Wednesday, June 8, 2011
•A collaborative of public and private organizations is needed to identify a “starter set” of LOINC® codes for the top 200–300 lab test codes in use across the country and to promote its broad adoption and use.
•A large-scale collaboration between ONC, the National Library of Medicine, and private sector organizations should strongly encourage the adoption and use of standards, such as LOINC® and the EHR-Lab Interoperability and Connectivity Specification (ELINCS), that align with standards supporting health IT and meaningful use.
•Medicare and commercial contracts should make incentives available to lab vendors to adopt and use LOINC®.
Full Report is available here.
Thursday, May 19, 2011
Click here to view vendor listing.
Click here to view the draft specification.
Saturday, March 6, 2010
The Centers for Medicare and Medicaid Services (CMS) yesterday clarified that a 1988 law setting up national quality standards for medical testing labs does permit the labs to electronically exchange test data, an essential feature of the administration’s health IT adoption plan.
In issuing guidelines on the Clinical Laboratory Improvement Amendments (CLIA), CMS aimed to clear up confusion about the impact of the law on fledgling health information exchanges and networks.
“We have the concern that the interpretation of CLIA has sometimes stood in the way of easy info exchange,” said Dr. David Blumenthal in remarks made yesterday at the Healthcare Information and Management Systems Society annual conference in Atlanta.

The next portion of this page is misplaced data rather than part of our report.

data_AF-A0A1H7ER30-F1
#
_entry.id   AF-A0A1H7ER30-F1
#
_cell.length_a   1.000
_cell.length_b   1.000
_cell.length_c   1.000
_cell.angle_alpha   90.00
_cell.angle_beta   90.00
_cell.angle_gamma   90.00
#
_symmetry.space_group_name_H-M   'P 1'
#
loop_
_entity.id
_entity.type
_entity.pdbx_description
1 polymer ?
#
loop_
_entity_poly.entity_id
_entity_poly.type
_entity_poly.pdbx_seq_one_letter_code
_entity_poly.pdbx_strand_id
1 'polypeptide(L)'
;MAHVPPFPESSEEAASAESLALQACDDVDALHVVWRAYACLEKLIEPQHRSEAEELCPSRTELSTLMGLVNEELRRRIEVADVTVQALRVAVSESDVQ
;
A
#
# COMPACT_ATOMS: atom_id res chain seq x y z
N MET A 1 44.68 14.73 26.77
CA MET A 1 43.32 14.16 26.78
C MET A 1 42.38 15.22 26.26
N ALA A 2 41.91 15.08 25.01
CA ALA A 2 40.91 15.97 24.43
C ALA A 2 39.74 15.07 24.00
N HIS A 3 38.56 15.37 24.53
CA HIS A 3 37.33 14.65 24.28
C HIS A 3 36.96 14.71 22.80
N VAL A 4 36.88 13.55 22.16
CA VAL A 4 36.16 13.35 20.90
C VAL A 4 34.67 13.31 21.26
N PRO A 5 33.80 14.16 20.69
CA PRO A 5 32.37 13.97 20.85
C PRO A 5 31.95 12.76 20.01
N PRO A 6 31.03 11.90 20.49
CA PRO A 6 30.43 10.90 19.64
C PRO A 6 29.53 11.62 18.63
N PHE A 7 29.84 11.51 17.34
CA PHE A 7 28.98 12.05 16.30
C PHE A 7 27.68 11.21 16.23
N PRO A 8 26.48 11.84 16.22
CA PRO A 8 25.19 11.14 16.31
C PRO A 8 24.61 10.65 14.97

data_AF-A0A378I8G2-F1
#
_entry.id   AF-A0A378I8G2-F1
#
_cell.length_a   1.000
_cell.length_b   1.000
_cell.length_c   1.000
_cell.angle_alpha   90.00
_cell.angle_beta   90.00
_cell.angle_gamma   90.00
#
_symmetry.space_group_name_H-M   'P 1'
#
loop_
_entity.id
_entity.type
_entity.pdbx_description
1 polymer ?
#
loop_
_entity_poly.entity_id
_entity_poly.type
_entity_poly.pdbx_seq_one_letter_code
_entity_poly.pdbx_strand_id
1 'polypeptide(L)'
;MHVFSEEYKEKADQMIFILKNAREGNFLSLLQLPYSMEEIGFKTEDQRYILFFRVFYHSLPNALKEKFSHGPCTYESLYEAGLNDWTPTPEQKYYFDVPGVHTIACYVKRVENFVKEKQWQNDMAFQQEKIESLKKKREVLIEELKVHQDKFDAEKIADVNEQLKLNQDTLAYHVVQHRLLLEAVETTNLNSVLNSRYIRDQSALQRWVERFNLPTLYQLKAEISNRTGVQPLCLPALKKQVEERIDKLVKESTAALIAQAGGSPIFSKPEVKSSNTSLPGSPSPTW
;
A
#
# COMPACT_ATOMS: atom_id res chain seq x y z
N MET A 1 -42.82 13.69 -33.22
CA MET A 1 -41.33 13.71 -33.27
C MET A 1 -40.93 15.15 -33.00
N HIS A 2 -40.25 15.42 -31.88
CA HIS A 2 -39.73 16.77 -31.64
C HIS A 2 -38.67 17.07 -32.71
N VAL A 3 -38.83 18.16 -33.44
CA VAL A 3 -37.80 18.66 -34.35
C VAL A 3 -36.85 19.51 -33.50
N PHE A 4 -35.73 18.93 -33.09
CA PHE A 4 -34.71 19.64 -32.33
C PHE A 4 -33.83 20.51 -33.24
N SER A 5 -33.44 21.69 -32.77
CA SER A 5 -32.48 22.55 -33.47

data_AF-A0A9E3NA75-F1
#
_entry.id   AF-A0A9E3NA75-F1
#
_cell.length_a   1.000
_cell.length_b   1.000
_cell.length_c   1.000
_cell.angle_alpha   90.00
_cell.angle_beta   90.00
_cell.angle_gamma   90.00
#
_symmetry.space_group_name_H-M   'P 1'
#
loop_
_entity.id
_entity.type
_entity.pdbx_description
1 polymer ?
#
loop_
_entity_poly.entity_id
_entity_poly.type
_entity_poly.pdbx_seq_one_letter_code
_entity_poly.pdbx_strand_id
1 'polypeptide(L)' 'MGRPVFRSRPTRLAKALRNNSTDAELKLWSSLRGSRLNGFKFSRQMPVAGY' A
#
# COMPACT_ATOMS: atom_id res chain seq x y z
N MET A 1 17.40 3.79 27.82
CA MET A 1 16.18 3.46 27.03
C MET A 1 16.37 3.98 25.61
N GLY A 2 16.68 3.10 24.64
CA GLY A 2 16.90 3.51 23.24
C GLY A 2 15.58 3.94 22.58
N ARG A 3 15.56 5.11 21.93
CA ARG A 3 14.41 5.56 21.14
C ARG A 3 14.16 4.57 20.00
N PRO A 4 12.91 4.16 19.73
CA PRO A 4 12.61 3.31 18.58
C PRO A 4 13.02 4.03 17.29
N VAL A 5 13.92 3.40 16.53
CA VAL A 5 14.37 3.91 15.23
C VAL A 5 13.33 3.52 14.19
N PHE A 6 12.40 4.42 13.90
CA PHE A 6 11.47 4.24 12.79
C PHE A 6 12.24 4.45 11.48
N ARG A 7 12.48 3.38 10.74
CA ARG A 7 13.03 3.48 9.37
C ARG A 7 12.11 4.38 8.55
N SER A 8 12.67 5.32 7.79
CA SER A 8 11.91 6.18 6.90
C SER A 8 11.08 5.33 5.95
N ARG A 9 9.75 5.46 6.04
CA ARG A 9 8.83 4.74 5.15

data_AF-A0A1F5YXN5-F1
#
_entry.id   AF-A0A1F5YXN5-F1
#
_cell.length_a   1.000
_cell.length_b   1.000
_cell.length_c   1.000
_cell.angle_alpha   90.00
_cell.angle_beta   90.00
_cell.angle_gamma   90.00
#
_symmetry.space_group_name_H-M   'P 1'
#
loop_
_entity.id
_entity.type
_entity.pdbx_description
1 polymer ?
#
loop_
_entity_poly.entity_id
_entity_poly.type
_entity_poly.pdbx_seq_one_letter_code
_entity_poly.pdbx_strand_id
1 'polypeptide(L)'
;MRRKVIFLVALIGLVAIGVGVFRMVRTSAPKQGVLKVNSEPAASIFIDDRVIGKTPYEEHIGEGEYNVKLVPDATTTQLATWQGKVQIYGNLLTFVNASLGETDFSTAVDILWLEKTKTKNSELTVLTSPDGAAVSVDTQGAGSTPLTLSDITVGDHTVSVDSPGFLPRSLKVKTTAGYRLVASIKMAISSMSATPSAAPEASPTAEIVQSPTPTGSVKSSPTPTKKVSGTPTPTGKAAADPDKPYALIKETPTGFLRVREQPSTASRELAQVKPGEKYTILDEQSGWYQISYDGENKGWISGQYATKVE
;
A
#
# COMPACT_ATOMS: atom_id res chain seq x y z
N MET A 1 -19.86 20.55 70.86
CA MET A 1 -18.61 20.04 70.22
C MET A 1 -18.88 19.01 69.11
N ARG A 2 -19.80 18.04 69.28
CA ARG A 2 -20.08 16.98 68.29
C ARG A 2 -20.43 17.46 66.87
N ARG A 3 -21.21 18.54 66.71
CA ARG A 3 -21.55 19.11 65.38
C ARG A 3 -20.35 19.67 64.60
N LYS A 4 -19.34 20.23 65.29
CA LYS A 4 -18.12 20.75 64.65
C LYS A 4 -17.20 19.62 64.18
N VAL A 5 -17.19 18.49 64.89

In some cases, for instance, providers said they believed the law permitted only physicians who ordered a test to receive the results, according to hearings conducted last year by a panel of the Health IT Policy Committee, which advises Blumenthal.
In its revised guidance, CMS said lab results could be sent to the ordering physician as well as others designated by the physician. That includes providing patients access to their lab data unless a state specifically prohibits it, CMS said.
Wednesday, January 20, 2010
Experts predict a surge in the number of physicians using electronic medical record systems
By dangling as much as $20 billion in front of physicians to encourage their adoption of electronic medical record (EMR) systems during the next few years, Congress has created a new and expensive challenge for the nation’s clinical laboratories. That challenge is the need for every pathology laboratory to establish a high-function interface from its LIS to the office-based physician’s EMR.
Thursday, December 17, 2009
David Blumenthal, MD, the national coordinator for health IT, asked the advisory Health IT Policy Committee to defer until January a decision on whether to allow temporary variations in those standards to be used.
The policy committee had recommended providers start using in 2011 a single set of national standards for communicating electronically with labs, one of the tenets of the administration’s meaningful use policy to encourage the use of health IT.